Love Wins

I finished Rob Bell’s Love Wins almost a month ago, and have been ruminating about what to post. As I was nearing the end of the book, the thought I returned to over and over again was: he’s ripping this off of C.S. Lewis (see The Last Battle and The Great Divorce; maybe also Perelandra). But then in his suggested readings he encouraged people to read Lewis (and N.T. Wright, who was another one I was thinking of — esp. Surprised by Hope), and in his acknowledgements he thanked his parents for suggesting he read Lewis when he was in high school (it took him that long to find the Chronicles?).

Then I discovered that there are a host of people how have written about Bell and Lewis (see here and here, just for starters!), and I thought I’d have little to add.

But I keep returning to the book for several reasons:

1) Bell’s theological approach is narrative rather than propositional: he tells stories to illuminate questions rather than creating an argument through foundational truths and deduction from them. You’ve heard the promo video, of course: he tells a story, and then prompts your thinking by asking 12 questions (count them! — in the book he asks close to 30 questions in the first chapter alone!).

2) Because I am also not a systematic thinker (neither in theology or in economics), and tend to be analogical, I’m attracted to story-telling as an explanatory device. As Lewis said, stories help us get past the “watchful dragons” who patrol access to our minds. Bell thanks his parents for introducing him to Lewis: I have done the same for mine, but I have often said throughout my life that the biggest mistake conservative evangelicalism made with me was introducing me to Lewis, Tolkien, Sayers, MacDonald, and L’Engle. Their stories led me into a sacramental view of the world, which meant I had to leave evangelicalism.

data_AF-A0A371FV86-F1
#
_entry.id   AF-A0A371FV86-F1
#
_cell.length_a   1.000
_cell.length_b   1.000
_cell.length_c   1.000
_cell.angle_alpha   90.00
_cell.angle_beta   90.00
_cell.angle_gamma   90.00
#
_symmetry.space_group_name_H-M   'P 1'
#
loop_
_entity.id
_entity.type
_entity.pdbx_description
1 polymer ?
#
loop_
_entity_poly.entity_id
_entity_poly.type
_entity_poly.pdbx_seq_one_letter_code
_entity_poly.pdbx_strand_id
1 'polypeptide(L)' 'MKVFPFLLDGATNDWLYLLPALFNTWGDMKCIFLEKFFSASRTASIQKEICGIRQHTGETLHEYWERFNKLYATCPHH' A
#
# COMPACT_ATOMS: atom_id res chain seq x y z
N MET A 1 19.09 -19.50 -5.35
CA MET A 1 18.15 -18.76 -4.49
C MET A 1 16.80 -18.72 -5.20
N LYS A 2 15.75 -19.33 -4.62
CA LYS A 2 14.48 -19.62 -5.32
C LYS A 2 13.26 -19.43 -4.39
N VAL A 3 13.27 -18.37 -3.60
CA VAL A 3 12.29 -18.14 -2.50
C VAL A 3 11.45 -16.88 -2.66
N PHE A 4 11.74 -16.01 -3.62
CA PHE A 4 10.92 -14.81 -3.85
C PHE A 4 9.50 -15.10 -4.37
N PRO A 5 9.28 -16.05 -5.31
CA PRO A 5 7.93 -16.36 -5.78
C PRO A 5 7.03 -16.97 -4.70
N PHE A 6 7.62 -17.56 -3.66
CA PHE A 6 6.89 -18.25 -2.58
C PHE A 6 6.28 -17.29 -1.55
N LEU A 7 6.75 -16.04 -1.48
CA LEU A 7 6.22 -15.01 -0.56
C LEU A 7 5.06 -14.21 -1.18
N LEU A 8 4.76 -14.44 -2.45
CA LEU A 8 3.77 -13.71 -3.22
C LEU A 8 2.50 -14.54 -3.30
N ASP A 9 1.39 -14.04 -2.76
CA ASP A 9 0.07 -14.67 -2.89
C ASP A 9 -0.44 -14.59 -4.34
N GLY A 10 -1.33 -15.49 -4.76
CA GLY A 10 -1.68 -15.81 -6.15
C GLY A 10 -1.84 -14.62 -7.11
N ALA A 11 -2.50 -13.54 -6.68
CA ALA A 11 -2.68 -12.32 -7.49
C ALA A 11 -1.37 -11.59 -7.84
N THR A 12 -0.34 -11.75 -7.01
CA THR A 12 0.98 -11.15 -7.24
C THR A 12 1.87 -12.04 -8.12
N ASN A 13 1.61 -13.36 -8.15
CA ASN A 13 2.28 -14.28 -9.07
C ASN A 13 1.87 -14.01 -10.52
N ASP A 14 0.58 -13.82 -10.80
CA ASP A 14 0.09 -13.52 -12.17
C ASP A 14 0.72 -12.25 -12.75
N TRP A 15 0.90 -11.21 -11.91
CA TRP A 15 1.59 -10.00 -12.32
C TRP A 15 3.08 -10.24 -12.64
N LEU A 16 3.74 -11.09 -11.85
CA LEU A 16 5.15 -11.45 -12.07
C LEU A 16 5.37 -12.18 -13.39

3) If I did put Bell’s ideas into propositional form, I would start with 2 statements:
a) God is love
b) God’s love pursues us infinitely

All of Bell’s questions come from agreement with those two statements. The questions about his views on hell, of course, have to do with his ambiguity on the issue of whether one could infinitely refuse God’s love. My own view is that Bell is not a universalist; he would rather focus on questions relevant to our life today than to speculation about infinity.

4) I find it ironic that so much attention has been focused on Bell’s views on hell that his understanding of heaven is simply ignored. If you want to see why he doesn’t talk about hell in the hereafter much, perhaps you should look first at why he doesn’t say much about heaven in the hereafter either! He isn’t opposed to talking about those issues, but is focus is on God’s action through us today. Love Wins. Not only in the end, but here and there, now. That is the promise of Easter.

5) While reading Love Wins, I kept remembering a hymn I used to have tacked to the wall of my office. I thought the translator of the hymn by Francis Xavier was John Mason Neale, but turns out it is Edward Caswell. The hymn is perhaps best known as “My God, I love Thee” but also as “Thou Art My God, and My Eternal King.” Here it is:

My God, I love Thee; not because
I hope for heaven thereby,
Nor yet because who love Thee not
Are lost eternally.

Thou, O my Jesus, Thou didst me
Upon the cross embrace;
For me didst bear the nails, and spear,
And manifold disgrace,
And griefs and torments numberless,
And sweat of agony;
Yea, death itself; and all for me
Who was thine enemy.

Then why, O blessed Jesus Christ,
Should I not love Thee well?
Not for the sake of winning heaven,
Nor of escaping hell;
Not from the hope of gaining aught,
Not seeking a reward;
But as Thyself hast loved me,
O ever-loving Lord.

So would I love Thee, dearest Lord,
And in Thy praise will sing;
Solely because Thou art my God,
And my most loving King.

Francis Xavier, 1506-1552, Translated by Edward Caswall, 1814-1878


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